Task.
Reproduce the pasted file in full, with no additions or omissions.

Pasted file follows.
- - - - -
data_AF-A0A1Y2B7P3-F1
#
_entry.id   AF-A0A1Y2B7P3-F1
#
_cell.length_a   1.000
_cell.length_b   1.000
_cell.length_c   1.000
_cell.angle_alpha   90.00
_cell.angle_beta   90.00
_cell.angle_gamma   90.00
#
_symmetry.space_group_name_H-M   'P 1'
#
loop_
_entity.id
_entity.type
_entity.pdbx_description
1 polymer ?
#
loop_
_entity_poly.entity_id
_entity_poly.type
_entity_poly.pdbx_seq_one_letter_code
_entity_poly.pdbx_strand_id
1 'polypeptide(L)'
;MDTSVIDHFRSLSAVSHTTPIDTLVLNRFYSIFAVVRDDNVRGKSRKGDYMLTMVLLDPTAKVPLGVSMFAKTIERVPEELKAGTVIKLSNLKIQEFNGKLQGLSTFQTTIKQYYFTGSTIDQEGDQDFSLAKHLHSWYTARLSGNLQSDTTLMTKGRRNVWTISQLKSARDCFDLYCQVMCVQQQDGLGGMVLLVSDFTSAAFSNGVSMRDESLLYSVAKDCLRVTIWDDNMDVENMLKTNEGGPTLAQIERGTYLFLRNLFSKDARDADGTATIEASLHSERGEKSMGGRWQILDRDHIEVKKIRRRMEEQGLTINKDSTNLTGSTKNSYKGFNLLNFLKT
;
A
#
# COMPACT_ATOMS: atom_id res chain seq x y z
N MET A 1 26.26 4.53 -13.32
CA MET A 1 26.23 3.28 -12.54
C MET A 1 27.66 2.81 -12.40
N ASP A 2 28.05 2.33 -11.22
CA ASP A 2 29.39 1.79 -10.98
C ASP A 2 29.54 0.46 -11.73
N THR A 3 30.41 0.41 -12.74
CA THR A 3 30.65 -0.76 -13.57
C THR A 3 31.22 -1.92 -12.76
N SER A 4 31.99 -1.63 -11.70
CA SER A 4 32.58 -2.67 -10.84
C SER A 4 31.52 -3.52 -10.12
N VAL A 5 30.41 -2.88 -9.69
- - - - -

data_AF-A0A1Y2B7P3-F1
#
_entry.id   AF-A0A1Y2B7P3-F1
#
_cell.length_a   1.000
_cell.length_b   1.000
_cell.length_c   1.000
_cell.angle_alpha   90.00
_cell.angle_beta   90.00
_cell.angle_gamma   90.00
#
_symmetry.space_group_name_H-M   'P 1'
#
loop_
_entity.id
_entity.type
_entity.pdbx_description
1 polymer ?
#
loop_
_entity_poly.entity_id
_entity_poly.type
_entity_poly.pdbx_seq_one_letter_code
_entity_poly.pdbx_strand_id
1 'polypeptide(L)'
;MDTSVIDHFRSLSAVSHTTPIDTLVLNRFYSIFAVVRDDNVRGKSRKGDYMLTMVLLDPTAKVPLGVSMFAKTIERVPEELKAGTVIKLSNLKIQEFNGKLQGLSTFQTTIKQYYFTGSTIDQEGDQDFSLAKHLHSWYTARLSGNLQSDTTLMTKGRRNVWTISQLKSARDCFDLYCQVMCVQQQDGLGGMVLLVSDFTSAAFSNGVSMRDESLLYSVAKDCLRVTIWDDNMDVENMLKTNEGGPTLAQIERGTYLFLRNLFSKDARDADGTATIEASLHSERGEKSMGGRWQILDRDHIEVKKIRRRMEEQGLTINKDSTNLTGSTKNSYKGFNLLNFLKT
;
A
#
# COMPACT_ATOMS: atom_id res chain seq x y z
N MET A 1 26.26 4.53 -13.32
CA MET A 1 26.23 3.28 -12.54
C MET A 1 27.66 2.81 -12.40
N ASP A 2 28.05 2.33 -11.22
CA ASP A 2 29.39 1.79 -10.98
C ASP A 2 29.54 0.46 -11.73
N THR A 3 30.41 0.41 -12.74
CA THR A 3 30.65 -0.76 -13.57
C THR A 3 31.22 -1.92 -12.76
N SER A 4 31.99 -1.63 -11.70
CA SER A 4 32.58 -2.67 -10.84
C SER A 4 31.52 -3.52 -10.12
N VAL A 5 30.41 -2.88 -9.69